But, we’re getting off track. Back to weddings, of course, and ideas that’ll make your guests want to keep your kippah.

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Yarmulkes come in all different colors and materials. We’ve seen yarmulkes made of satin, velvet, leather, suede, and yarn that’s knitted or crocheted. They can have a sports theme, an animal print, even your wedding logo. There is no yarmulke too sparkly or adorned! They can also be featured in your photos depending on their displays. Details on your wedding day are key, so let your yarmulke have a place in your album! Your bald Uncle Moshe will also be appreciative when his head doesn’t get burned during your beautiful outdoor ceremony! Who needs SPF 40 when you have a yarmulke?

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Providing yarmulkes at your wedding does not – we repeat, does not – have to be an additional stressful item. You can design and order online in a matter of minutes. A few of our favorite websites provide yarmulkes of every shape and color. Ordering online is an easy way to mix and match, buy in bulk, and get great deals on yarmulkes for your wedding!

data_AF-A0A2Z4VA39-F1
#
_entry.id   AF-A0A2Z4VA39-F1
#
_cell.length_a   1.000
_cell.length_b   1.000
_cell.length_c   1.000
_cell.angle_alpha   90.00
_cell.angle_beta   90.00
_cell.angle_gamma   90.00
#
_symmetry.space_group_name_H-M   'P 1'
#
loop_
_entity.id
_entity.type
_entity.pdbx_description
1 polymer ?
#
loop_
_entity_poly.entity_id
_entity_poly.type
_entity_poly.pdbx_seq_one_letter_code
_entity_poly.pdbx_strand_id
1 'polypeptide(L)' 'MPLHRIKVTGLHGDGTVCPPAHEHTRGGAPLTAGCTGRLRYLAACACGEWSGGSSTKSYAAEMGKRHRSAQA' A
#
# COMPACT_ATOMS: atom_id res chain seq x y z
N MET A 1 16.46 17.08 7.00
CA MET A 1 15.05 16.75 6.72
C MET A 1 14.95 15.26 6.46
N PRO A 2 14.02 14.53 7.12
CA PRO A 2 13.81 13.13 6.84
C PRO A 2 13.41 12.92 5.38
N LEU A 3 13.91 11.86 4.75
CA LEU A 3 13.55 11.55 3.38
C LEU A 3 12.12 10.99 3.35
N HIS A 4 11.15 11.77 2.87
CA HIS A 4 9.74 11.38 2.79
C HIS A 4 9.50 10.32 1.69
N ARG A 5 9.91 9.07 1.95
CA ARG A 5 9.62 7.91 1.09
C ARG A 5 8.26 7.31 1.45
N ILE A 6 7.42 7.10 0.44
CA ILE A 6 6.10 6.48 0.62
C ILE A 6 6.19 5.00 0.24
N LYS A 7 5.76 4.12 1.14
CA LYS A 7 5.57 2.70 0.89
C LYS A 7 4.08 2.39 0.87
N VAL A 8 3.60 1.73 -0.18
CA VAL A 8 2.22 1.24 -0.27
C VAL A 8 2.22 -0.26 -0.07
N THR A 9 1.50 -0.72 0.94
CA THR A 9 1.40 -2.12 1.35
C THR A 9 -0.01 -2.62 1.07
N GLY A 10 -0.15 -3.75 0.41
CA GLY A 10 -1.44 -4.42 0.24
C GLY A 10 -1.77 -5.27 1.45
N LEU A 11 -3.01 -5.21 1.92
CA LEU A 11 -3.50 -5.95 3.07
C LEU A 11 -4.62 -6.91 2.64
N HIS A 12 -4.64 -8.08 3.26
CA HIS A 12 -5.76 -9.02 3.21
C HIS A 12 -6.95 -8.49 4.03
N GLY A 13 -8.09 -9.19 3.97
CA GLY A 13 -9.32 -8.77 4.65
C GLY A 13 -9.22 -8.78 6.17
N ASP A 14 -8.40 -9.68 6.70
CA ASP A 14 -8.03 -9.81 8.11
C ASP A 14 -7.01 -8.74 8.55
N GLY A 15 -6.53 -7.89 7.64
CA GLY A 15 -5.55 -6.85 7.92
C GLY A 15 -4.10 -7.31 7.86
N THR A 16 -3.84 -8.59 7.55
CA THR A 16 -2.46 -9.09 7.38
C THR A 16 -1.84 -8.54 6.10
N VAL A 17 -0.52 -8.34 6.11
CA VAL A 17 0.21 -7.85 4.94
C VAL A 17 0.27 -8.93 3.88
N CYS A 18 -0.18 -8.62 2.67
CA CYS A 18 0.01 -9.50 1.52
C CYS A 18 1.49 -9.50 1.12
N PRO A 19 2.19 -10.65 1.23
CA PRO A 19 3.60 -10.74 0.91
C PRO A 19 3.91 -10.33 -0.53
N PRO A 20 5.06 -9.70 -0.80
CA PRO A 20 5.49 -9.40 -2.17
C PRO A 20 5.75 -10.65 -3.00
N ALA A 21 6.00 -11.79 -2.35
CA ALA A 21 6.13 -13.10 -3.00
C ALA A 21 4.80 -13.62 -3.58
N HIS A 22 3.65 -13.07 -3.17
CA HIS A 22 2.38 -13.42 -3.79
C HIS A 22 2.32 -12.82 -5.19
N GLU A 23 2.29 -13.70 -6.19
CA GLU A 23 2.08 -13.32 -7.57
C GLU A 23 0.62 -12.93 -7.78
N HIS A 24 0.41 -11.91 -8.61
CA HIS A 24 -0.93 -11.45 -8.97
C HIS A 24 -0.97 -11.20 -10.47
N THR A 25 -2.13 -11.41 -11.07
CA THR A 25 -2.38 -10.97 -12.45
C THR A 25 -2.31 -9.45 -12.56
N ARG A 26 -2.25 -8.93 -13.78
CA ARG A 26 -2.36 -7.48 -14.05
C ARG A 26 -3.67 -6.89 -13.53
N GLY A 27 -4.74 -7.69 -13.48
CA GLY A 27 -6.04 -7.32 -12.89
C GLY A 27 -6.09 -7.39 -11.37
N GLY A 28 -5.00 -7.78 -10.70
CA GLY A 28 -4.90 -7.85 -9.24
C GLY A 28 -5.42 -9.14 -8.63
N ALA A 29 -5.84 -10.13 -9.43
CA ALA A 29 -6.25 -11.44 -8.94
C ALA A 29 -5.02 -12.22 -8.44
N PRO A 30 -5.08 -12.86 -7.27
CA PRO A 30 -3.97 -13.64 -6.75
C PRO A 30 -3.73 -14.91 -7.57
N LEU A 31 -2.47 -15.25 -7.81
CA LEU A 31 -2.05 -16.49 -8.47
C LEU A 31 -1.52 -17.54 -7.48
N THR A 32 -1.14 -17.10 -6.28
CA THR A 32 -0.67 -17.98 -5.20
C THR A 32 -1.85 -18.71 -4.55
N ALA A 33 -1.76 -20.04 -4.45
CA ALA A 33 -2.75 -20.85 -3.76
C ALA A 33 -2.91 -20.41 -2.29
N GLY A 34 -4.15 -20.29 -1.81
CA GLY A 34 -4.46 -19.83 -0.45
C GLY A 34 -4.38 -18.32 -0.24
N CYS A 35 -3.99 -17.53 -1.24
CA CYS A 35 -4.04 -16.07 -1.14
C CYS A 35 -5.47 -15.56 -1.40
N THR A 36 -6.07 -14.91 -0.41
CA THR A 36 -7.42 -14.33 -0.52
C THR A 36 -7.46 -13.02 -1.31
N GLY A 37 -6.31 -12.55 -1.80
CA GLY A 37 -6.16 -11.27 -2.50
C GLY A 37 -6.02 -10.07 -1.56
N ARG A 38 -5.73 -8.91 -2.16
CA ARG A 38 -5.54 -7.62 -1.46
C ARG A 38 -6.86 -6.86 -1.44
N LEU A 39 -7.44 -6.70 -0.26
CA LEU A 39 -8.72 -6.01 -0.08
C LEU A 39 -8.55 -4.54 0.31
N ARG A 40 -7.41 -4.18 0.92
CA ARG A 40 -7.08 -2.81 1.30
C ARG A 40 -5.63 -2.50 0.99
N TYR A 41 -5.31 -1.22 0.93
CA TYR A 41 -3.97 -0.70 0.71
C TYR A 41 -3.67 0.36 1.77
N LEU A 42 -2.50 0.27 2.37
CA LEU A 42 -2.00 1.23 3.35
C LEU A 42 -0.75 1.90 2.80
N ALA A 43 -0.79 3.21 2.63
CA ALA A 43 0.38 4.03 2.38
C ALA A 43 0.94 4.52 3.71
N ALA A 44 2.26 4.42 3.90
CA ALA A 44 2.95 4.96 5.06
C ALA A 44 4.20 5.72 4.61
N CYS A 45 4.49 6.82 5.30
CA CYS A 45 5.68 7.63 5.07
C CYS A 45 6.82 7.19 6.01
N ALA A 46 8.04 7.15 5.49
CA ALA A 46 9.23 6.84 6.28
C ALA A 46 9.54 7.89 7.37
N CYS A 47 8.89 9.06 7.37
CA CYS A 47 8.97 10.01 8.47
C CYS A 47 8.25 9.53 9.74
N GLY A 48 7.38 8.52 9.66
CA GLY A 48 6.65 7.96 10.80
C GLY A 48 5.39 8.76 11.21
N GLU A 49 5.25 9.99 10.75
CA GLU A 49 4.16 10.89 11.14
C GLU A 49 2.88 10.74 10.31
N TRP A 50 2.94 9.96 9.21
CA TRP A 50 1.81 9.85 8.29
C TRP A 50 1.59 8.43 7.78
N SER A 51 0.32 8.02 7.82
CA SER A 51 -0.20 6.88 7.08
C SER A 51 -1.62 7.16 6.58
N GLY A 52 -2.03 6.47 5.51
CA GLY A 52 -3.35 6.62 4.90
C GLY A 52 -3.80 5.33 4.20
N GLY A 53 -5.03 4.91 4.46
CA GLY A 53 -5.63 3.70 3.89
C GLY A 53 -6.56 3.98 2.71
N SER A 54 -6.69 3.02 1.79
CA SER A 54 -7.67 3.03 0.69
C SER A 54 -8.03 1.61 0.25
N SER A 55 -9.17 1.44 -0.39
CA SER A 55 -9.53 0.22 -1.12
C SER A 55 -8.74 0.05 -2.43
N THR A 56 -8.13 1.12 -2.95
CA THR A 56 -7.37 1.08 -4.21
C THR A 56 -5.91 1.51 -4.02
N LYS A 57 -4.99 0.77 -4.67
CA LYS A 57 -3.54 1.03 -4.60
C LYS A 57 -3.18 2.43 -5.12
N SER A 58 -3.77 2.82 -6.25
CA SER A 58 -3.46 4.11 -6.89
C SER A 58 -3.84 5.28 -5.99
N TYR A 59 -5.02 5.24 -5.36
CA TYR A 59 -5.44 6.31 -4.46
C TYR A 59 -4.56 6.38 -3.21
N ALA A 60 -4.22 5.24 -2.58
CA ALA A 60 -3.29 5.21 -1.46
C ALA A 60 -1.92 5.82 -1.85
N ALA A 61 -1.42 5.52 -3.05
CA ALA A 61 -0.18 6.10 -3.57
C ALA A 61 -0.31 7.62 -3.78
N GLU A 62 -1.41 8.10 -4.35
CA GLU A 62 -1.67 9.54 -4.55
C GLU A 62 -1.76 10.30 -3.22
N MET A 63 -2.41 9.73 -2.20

• Yussel’s Place: Ever heard of an eco-friendly yarmulke? Yussel’s Place carries them! Made of recycled cardboard, this is, without a doubt, the perfect addition to any green or eco-friendly wedding! They have a great variety of other yarmulkes as well that can all be ordered in bulk!
  • Yarmulkes.com: These guys have been in business for over 50 years. They can accommodate rush orders and have an amazing variety. Their prices are pretty good too!
  • Mazeltops.com: Not only does this site have a great name, their selection is outstanding! They have embossed foil yarmulkes with a paisley pattern (yup, paisley). How could you go wrong? For the creative, unique and maybe even wacky wedding theme, this is a site you would be silly not to check out.